Wednesday, May 26, 2010

71. The Disreputable History of Frankie Landau-Banks by E. Lockhart

I checked this book out of the library after reading this on my friend Sarah's Facebook page:

Currently in love with "The Disreputable History of Frankie Landau-Banks" by E. Lockhart. Seriously. Read it in 4 hours on Saturday evening. You all must read so we can discuss! LOVE IT!

How could I resist?

Frankie Landau-Banks at age 14:
Debate Club.
Her father's "Bunny Rabbit."
A mildly geeky girl attending a highly competitive boarding school.

Frankie Landau-Banks at age 15:
A knockout figure.
A sharp tongue.
A chip on her shoulder.
And a gorgeous new senior boyfriend: the supremely goofy, word-obsessed Matthew Livingston.

Frankie Landau-Banks:
No longer the kind of girl to take "no" for an answer.
Especially when "no" means she's excluded from her boyfriend's all-male secret society.
Not when her ex-boyfriend shows up in the strangest of places.
Not when she knows she's smarter than any of them.
When she knows Matthew is lying to her.
And when there are so many, many pranks to be done.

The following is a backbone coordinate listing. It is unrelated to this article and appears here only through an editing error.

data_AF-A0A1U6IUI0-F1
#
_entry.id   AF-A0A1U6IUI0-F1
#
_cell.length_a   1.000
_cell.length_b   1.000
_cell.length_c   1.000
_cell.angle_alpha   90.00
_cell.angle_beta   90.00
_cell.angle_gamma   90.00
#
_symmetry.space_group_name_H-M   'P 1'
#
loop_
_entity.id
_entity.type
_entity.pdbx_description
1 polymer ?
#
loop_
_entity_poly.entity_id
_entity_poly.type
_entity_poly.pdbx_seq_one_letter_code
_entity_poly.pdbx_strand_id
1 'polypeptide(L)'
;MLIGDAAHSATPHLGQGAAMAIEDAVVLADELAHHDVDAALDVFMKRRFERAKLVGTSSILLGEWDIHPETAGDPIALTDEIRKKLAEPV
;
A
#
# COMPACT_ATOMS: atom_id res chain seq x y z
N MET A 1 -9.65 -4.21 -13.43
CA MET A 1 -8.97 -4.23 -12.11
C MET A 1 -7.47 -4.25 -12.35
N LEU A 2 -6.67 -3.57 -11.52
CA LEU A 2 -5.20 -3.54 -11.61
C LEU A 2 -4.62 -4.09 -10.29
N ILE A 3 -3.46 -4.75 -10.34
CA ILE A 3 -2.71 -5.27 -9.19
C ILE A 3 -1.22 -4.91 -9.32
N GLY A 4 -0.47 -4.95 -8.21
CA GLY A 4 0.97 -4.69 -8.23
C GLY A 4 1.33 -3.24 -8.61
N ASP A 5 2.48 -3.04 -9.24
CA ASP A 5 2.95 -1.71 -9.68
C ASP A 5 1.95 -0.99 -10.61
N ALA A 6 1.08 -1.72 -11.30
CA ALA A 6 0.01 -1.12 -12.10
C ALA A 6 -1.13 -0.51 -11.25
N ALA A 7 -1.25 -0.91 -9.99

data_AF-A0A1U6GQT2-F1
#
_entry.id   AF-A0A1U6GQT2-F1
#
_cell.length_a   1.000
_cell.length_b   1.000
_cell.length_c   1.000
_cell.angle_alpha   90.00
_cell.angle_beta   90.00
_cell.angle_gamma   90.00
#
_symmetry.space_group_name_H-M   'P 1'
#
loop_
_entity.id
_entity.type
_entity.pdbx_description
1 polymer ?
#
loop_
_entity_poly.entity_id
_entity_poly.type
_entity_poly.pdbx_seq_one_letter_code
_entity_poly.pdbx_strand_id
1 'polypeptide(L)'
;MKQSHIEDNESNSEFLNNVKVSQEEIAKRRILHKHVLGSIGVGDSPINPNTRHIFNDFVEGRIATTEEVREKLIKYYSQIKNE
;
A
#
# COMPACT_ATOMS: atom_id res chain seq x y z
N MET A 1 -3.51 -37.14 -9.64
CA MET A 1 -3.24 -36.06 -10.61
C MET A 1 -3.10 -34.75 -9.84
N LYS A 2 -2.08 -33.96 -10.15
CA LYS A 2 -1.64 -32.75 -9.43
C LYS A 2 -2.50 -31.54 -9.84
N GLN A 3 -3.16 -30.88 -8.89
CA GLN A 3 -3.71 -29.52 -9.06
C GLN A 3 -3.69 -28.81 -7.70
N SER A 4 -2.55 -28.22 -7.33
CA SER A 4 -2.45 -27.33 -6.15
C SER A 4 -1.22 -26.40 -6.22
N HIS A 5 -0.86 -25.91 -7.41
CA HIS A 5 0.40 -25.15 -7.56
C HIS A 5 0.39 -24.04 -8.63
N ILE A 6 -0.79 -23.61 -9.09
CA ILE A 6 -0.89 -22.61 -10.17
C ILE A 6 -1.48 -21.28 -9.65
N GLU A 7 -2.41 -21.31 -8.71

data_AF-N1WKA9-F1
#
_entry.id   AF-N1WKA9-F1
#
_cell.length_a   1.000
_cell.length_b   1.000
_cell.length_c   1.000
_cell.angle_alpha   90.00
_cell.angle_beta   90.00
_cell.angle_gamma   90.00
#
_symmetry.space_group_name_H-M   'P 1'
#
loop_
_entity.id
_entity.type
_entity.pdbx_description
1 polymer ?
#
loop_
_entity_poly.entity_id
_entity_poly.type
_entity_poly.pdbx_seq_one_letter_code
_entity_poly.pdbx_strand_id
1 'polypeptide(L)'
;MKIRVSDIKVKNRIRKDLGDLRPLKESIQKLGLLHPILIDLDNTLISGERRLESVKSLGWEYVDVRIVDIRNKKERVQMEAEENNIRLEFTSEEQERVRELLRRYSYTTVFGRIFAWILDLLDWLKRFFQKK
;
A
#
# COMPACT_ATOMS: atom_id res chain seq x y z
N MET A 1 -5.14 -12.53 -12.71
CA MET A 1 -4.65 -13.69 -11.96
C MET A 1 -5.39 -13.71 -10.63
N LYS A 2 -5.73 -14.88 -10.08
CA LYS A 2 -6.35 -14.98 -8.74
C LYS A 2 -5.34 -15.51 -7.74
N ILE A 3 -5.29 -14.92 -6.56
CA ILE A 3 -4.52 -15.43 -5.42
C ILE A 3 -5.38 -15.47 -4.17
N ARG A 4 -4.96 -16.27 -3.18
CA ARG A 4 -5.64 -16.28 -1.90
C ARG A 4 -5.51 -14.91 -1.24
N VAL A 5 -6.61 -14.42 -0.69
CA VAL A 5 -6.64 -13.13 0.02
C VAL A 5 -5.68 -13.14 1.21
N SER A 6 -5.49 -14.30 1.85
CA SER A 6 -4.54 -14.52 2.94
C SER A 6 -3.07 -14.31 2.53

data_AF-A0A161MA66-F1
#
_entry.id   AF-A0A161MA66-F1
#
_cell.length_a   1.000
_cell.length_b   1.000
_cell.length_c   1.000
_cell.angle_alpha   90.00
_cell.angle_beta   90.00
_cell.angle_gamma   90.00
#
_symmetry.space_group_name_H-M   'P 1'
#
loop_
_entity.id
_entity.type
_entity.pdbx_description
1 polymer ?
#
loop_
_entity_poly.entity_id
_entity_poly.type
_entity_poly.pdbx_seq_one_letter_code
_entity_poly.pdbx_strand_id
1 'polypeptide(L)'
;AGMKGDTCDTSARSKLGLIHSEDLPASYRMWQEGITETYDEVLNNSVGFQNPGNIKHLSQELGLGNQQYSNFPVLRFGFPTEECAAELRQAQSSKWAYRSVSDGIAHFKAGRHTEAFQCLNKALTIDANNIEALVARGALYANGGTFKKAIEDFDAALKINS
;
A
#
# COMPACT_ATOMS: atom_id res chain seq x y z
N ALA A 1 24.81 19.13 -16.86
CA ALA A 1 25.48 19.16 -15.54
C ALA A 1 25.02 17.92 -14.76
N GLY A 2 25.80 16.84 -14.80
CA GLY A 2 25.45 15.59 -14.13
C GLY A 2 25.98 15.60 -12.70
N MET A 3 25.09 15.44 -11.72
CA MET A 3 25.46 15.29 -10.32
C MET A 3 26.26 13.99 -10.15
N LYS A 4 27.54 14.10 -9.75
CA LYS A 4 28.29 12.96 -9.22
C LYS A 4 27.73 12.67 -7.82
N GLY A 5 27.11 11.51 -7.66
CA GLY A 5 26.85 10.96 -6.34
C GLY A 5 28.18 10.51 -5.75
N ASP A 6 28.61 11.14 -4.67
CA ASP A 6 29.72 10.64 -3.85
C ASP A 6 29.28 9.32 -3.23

Frankie Landau-Banks at age 16:
Possibly a criminal mastermind.

This is the story of how she got that way.

Plot summary lifted from the book jacket. Intriguing, no?

It was so good! I love The Disreputable History of Frankie Landau-Banks! I also read it in one night, I couldn't put it down. For some reason, I'm always into stories set at boarding schools and I think there's usually potential for awesomeness when a secret society is involved. So this book was a good fit for me to begin with, and it was so clever and quick-witted that it completely won me over, hands down. I have great love and respect for Frankie, and would like to see more protagonists like her in YA fiction. (As much as I like Twilight, Frankie wipes the floor with Bella in the role model category.) I really enjoyed her fascination with words -- she's not only clever, but fun as hell. And while her ideas are so radical to the other characters in the book, they made complete sense to me (as I suspect they would to most young women). If you are a fan of YA novels in any way, shape or form, PLEASE read this book! I can almost guarantee that you will love it as much as I did.

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